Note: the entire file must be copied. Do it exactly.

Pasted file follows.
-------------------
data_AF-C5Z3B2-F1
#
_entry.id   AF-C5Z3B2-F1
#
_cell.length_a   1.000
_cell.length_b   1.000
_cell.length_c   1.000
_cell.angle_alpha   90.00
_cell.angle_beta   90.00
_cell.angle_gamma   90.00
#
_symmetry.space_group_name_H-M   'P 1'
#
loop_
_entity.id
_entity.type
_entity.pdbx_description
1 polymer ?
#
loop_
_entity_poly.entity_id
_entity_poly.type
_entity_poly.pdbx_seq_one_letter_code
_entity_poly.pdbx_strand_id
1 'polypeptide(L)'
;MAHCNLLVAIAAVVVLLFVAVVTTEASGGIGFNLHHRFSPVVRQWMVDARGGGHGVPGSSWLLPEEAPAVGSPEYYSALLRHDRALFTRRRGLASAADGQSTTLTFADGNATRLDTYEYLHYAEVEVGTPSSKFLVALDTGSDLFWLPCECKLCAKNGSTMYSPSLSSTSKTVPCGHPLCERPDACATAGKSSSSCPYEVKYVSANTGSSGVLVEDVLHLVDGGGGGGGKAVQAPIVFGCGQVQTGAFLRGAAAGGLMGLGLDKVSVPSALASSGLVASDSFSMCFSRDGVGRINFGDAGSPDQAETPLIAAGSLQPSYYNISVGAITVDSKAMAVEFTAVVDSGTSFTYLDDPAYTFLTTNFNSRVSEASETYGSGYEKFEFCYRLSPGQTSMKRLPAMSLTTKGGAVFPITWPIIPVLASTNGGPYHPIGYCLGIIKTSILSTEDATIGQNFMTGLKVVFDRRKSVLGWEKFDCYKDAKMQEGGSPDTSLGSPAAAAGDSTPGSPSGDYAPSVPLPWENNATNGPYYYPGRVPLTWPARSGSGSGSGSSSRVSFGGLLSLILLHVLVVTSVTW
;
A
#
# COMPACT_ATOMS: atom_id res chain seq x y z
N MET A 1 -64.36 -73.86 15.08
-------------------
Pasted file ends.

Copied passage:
data_AF-C5Z3B2-F1
#
_entry.id   AF-C5Z3B2-F1
#
_cell.length_a   1.000
_cell.length_b   1.000
_cell.length_c   1.000
_cell.angle_alpha   90.00
_cell.angle_beta   90.00
_cell.angle_gamma   90.00
#
_symmetry.space_group_name_H-M   'P 1'
#
loop_
_entity.id
_entity.type
_entity.pdbx_description
1 polymer ?
#
loop_
_entity_poly.entity_id
_entity_poly.type
_entity_poly.pdbx_seq_one_letter_code
_entity_poly.pdbx_strand_id
1 'polypeptide(L)'
;MAHCNLLVAIAAVVVLLFVAVVTTEASGGIGFNLHHRFSPVVRQWMVDARGGGHGVPGSSWLLPEEAPAVGSPEYYSALLRHDRALFTRRRGLASAADGQSTTLTFADGNATRLDTYEYLHYAEVEVGTPSSKFLVALDTGSDLFWLPCECKLCAKNGSTMYSPSLSSTSKTVPCGHPLCERPDACATAGKSSSSCPYEVKYVSANTGSSGVLVEDVLHLVDGGGGGGGKAVQAPIVFGCGQVQTGAFLRGAAAGGLMGLGLDKVSVPSALASSGLVASDSFSMCFSRDGVGRINFGDAGSPDQAETPLIAAGSLQPSYYNISVGAITVDSKAMAVEFTAVVDSGTSFTYLDDPAYTFLTTNFNSRVSEASETYGSGYEKFEFCYRLSPGQTSMKRLPAMSLTTKGGAVFPITWPIIPVLASTNGGPYHPIGYCLGIIKTSILSTEDATIGQNFMTGLKVVFDRRKSVLGWEKFDCYKDAKMQEGGSPDTSLGSPAAAAGDSTPGSPSGDYAPSVPLPWENNATNGPYYYPGRVPLTWPARSGSGSGSGSSSRVSFGGLLSLILLHVLVVTSVTW
;
A
#
# COMPACT_ATOMS: atom_id res chain seq x y z
N MET A 1 -64.36 -73.86 15.08